The vulnerability information provided here –based on a basic traffic light-like ranking with three categories: 'high vulnerability' (+++), 'moderate vulnerability' (++) and 'low vulnerability' (+)– is qualitative, not normalized and unweighted. For that reason no final assessment of vulnerability is done. Additionally, vulnerability characterizations colored in grey are not in the scope of this study but relevant for the specific problem. For details on the vulnerability assessment concept, methodology and classification systems please refer to the complete report attached at the bottom of the page, as well as to the deliverable D11.2 of EUPORIAS ("White paper on sector specific vulnerabilities"), which can be found at here.
Referring to the analysis of the critical situation, decision-making processes and critical climate conditions, two different vulnerabilities can be identified (see the attachment below).
Vulnerability to highly variable snow conditions (weather scale). The critical situation is characterized by snow depths of less than 30cm or more than 1m and at the worst accompanied by temperatures above -2°C. This implies the decision on trial and slope maintenance and HR management requiring lead times of at least a few days at which longer lead times are welcome. The critical climate conditions are high magnitude snowfall events and periods of no snowfall at temperatures above -2°C.
Scale of critical climate conditions: couple of hours to days
Temporal scope for climate information: couple of hours to weeks
Vulnerability to bad winter season (S2D scale). The critical situation is characterized by snow depths below 30cm and temperatures above -2°C and especially a late start of the snowing season. This implies the decision on promotion and planning of communication policy which requires lead times of around 3 months before the start of the season. The critical climate conditions are warm seasonal temperatures (> -2°C) and low snowfall means and a late start of snowfall.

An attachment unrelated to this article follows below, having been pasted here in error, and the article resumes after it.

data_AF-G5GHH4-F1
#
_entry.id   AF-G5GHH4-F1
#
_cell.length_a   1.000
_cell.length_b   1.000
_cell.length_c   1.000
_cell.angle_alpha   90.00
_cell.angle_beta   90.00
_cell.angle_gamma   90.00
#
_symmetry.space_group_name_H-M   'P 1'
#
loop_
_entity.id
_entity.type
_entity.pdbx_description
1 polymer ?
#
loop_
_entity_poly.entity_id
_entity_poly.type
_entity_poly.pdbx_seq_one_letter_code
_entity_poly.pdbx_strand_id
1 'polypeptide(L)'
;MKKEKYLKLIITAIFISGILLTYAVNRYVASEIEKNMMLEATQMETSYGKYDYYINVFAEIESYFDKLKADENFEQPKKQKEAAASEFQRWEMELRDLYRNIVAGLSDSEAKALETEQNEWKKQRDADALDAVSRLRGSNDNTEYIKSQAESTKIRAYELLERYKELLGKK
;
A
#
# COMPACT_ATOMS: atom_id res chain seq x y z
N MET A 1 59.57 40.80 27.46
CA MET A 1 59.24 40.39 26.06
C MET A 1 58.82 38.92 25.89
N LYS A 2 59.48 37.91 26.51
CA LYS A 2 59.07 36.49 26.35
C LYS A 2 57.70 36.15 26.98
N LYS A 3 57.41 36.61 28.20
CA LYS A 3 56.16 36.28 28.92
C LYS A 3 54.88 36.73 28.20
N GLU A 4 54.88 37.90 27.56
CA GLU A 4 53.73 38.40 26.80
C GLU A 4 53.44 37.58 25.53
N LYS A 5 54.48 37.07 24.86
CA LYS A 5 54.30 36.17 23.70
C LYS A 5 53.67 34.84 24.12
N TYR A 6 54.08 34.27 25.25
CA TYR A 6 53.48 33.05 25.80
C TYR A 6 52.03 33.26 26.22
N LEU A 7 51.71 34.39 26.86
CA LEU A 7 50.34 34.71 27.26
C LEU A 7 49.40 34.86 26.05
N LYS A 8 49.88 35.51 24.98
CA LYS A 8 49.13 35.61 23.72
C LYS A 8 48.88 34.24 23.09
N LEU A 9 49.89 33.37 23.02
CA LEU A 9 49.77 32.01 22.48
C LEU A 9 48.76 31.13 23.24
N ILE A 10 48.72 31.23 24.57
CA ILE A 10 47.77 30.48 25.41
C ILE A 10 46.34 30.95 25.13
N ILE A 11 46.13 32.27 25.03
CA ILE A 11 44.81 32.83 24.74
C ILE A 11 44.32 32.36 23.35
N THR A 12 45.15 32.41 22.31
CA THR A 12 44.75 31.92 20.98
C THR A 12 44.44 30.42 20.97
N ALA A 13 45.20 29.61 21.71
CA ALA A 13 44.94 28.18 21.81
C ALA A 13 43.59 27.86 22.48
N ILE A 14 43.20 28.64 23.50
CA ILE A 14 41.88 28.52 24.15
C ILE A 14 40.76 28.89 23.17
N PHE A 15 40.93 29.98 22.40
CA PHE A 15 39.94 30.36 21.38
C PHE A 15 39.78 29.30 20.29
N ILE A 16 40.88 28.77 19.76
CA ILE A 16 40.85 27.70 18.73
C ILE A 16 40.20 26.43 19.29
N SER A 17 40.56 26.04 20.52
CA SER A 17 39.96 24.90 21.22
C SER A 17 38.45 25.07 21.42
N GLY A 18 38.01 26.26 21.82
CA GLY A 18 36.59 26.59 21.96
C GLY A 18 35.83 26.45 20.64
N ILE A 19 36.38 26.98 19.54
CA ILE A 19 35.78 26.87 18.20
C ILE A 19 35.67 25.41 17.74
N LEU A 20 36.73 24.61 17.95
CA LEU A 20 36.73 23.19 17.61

Scale of critical climate conditions: > 20 days/season
Temporal scope for climate information: 3-6 months
Vulnerability assessment for S2D-vulnerability
Climate-impact type (++)(+++): the ‘climate impact type’ can be classified as basically ‘statistical climate impact’: decision-making processes on promotion strategies and equipment and staff management for the coming winter season consider snow conditions of the entire season. Individual high- or low-snow events are manageable on the scale of weather events and are not critical as long as they do not dominate (< 20-30 days per season). Consequently, information on mean snowfall for a season is helpful at which information on the distribution would be desired.
However, the problem of the beginning of the snow-season may have the character of a ‘decision-conditioned climate impact’ since decision-makers require timely information on a relatively short-term event. This is technical very challenging (or even impossible) and accompanied with great uncertainties.
Role of climate (+++): the role of climate is that of a resource since the snow cover provides the basis for skiing business. This implies a potentially significant impact on decision-making since climate parameters constitute the economic basis.
Priority of scale (++): decision-making processes on snowmaking and grooming can be done short-term, However promotion and communication strategies are of primary importance which implies decision-making on seasonal scales.
Success criteria (+): the success criteria clearly of economic nature. The general lack of ethical issues or societal interests moderates the severity of a seasonal critical situation.